There was quite a bit of time in between this and your previous film. People say to me, “Why have you spent so much time in between movies.” The answer is, “It’s not that I want to.” […] The system is not really particularly amenable to filmmakers who write and direct their own work. It’s much more about the studio already having a property that has a marketable concept and then hiring the director on board. But, to me, I’d like it to feel personal, not necessarily autobiographical it’s not the same thing, but personal and to have that feel it has to originate from me. I wrote the script in a year but it just took me forever. And, really also, I wrote it for the two boys. Joaquin’s star only became big enough after Walk the Line.

Going back to the car chase, can you talk about your attention to sound, in that scene and throughout the film?
Sound is half the experience. It’s one of the most underrated and underestimated things in your arsenal. It’s like a weapon! It’s the ultimate weapon in a way for a filmmaker, because it enables the scene to work unconsciously on the audience. The visual is very obvious, you know? Sound, you’re not supposed to necessarily notice what the filmmaker is doing--in a way it’s the unconscious hand. And the point of view thing that I talked about, one of the things I tried to really focus on was the lack of music. I resist generally scoring a film where the audience is told what to think about the scene. There’s a tradition of scoring—in essence every beat is scored. And then in the late 60s and early 70s American cinema had a different mood about it and they started to score the moments after the dramatic moments so the movies had very little music. […] Movies moved away from that 30s style of scoring and now they’ve moved back to it. So what I tried to do was to do something much more in the spirit of late 60s early 70s cinema where there’d be very little music and there’d be a whole series of sound effects that were subjective because the point of view of the film would be clearly Joaquin’s. […] There would never be music telegraphing what you were to feel. So, in the film the score always hits you after the moment.

So, you’re casting Joaquin in your next film…what attracts you so much to him?
Well, I love Joaquin […] and I love Wahlberg equally, I love him in a different way. He has different qualities. Joaquin to me is the closest thing we have today to the actors of the 70s I liked, even Montgomery Clift and Marlon Brando before them. The types of actors that when you watched them on screen you knew there was something going on inside, there was turmoil inside. That’s an amazing thing you get from an actor. He’s also incredibly hard working. Joaquin is not the guy you see in the movie, he is not tortured in real life, but he thinks about the character so specifically, and the arch of the character and the flow of it, that it’s very rewarding for me as a filmmaker to talk with someone who has thought about it so much. He and I care about the same things. We like the same things in movies. We like the same things in people. The thing we always stressed to each other was no distance, no ironic distance, there is no distance between actor and character and no distance between character and story. That the movie never condescends to the character. [Getting back to his upcoming film, Two Lovers] It’s a tender and sad little romance. It’s very hard to treat love with some kind of seriousness. Even Shakespeare did romantic comedies so I may fall flat on my face but I am going to give it a try.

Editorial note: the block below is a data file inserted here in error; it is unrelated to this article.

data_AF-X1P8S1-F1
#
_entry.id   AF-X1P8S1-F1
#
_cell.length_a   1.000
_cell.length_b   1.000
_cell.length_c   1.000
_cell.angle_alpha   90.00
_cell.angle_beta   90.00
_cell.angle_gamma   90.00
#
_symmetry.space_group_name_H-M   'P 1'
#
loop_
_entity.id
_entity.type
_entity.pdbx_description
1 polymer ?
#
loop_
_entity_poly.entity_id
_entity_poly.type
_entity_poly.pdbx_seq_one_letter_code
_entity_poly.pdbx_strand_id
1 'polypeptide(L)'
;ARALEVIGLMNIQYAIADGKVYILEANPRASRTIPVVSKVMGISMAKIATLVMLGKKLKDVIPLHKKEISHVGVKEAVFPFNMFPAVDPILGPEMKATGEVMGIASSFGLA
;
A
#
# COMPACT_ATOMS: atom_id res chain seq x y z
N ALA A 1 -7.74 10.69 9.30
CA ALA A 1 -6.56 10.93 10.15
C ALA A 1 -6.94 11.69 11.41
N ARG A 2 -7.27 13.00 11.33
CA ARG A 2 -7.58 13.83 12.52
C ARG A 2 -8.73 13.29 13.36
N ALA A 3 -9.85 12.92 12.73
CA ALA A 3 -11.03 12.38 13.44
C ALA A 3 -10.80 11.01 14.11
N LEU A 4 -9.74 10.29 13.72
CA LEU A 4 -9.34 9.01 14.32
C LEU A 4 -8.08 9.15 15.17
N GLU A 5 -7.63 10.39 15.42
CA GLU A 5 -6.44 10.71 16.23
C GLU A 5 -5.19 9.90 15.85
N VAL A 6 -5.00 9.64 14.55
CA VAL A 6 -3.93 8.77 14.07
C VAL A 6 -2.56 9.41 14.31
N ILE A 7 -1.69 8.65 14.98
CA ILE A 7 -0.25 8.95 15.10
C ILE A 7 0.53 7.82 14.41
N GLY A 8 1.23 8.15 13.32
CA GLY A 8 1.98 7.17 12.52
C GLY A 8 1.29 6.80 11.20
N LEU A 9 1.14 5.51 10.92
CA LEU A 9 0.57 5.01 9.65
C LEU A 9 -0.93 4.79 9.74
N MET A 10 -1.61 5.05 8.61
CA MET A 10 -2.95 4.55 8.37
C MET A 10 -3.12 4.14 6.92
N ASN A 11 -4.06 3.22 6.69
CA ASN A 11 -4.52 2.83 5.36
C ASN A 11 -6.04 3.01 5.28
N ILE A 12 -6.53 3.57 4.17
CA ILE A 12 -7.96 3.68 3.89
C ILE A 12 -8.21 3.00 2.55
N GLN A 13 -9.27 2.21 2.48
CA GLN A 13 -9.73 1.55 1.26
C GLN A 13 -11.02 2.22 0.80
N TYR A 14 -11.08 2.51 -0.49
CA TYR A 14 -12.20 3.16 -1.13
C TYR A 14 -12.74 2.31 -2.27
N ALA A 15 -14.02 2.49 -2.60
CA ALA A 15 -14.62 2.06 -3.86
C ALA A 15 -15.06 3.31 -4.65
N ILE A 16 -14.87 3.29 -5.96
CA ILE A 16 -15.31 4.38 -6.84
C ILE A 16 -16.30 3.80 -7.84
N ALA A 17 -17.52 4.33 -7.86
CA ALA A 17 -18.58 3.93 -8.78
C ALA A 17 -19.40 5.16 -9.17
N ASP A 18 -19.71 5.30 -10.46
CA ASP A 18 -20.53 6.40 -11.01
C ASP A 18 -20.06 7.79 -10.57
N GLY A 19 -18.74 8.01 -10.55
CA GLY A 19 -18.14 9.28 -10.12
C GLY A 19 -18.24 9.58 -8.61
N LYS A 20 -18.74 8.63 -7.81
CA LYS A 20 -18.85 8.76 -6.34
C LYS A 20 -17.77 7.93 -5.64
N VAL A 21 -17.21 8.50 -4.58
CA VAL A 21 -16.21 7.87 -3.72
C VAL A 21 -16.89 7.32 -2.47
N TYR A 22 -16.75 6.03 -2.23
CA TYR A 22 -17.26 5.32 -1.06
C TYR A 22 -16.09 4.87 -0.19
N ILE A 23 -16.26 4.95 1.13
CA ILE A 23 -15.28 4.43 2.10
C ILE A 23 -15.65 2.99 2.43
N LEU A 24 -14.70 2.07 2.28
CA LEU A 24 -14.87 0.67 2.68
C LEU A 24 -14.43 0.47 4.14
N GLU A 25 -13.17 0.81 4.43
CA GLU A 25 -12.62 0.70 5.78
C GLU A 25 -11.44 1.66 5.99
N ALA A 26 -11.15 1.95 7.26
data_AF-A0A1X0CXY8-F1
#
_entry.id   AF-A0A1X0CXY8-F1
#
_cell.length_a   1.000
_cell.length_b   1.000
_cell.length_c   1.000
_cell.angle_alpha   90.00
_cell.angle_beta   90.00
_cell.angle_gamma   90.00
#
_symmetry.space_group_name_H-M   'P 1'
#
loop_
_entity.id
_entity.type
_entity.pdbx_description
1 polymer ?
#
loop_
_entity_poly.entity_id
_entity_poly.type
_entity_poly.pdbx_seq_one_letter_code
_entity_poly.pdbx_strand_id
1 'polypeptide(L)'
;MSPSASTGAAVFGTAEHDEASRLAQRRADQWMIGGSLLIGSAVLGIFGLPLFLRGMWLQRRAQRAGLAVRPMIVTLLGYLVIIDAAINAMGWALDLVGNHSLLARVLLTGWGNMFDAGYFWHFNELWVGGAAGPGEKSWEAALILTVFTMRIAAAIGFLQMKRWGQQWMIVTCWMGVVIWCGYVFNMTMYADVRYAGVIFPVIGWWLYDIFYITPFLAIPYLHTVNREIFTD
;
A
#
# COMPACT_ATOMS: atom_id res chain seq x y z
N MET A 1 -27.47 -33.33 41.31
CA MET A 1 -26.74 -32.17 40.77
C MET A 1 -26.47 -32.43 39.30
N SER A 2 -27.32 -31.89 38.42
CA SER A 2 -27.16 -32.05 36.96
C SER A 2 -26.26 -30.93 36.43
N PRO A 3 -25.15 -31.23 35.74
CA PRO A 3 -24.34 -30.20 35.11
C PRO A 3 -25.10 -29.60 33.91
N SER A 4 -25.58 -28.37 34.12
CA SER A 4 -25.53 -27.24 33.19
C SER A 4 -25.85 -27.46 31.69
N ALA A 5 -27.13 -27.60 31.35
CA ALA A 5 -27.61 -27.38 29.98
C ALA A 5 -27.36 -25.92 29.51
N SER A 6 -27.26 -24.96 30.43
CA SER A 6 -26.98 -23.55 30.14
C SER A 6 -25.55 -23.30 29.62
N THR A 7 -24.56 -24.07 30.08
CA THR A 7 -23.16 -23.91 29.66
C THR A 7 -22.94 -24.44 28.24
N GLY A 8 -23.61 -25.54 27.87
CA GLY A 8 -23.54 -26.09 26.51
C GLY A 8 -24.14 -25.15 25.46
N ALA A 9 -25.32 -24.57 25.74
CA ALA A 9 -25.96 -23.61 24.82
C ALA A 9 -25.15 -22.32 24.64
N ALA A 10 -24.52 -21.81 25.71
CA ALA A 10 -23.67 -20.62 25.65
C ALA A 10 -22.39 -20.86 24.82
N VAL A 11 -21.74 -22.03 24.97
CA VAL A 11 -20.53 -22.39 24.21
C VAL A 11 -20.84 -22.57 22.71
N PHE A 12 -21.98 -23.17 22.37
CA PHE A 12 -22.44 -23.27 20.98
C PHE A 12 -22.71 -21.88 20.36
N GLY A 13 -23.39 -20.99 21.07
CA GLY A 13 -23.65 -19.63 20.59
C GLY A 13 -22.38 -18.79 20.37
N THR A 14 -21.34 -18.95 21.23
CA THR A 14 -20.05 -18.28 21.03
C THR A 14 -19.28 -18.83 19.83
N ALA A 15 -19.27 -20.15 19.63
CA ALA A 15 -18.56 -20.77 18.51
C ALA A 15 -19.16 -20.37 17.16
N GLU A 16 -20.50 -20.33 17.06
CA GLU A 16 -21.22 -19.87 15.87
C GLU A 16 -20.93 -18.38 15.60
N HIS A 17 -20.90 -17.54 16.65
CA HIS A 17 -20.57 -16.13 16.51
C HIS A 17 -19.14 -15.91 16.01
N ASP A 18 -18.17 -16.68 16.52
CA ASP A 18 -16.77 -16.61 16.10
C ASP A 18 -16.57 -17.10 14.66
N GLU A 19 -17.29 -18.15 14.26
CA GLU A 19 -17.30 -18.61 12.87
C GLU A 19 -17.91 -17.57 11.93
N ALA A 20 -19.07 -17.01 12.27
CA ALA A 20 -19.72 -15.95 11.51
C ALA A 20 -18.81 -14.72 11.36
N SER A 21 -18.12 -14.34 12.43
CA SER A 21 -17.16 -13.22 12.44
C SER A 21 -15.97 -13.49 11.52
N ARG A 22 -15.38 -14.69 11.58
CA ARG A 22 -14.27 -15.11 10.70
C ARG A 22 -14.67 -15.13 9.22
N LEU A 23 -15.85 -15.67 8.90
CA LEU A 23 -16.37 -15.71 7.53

What did you learn on set that film school could never prepare you for?
I’m tempted to say everything. I don’t think anything can quite prepare you for the whirlwind of making a film. Stanley Kubrick once said, “Trying to make a film is trying to write War and Peace on a bumper car on Coney Island.” I don’t think there’s anything that can prepare you.

In compiling this story what was your inspiration?
A: I had seen a photograph on the cover of The New York Times it was […] of a police funeral of someone who had died in the line of duty. I thought, “Well, there are a lot of cop movies and a lot of cop TV shows but nobody is doing that, they’re doing procedurals and the corrupt cop, they’re not doing people trying to do their best and sometimes failing and it’s emotional thing and maybe it’s moving.” I just decided that what I would try to do was bring to it, dare I say, a melodramatic epic component to it. I don’t think melodrama is a bad thing—all that means is that people’s emotions are validated. So it came out of that and it also came out of me wanting to do something almost mythic, almost archetypal. I had stolen, dare I say it, again I don’t think I’m this good but I stole the structure from King Henry IV parts one and two by Shakespeare. I have Prince Hal who is kind of the screw up and his friend Falstaff and the father who is kind of the ineffectual king. Lastly, and not certainly least, so much of my own personal experience. I have a father and a brother and that’s pretty much our unit because my mother died many years ago so it’s the same dynamic in the family. I went one way and my brother went the other. It’s very simple. It’s very archetypal.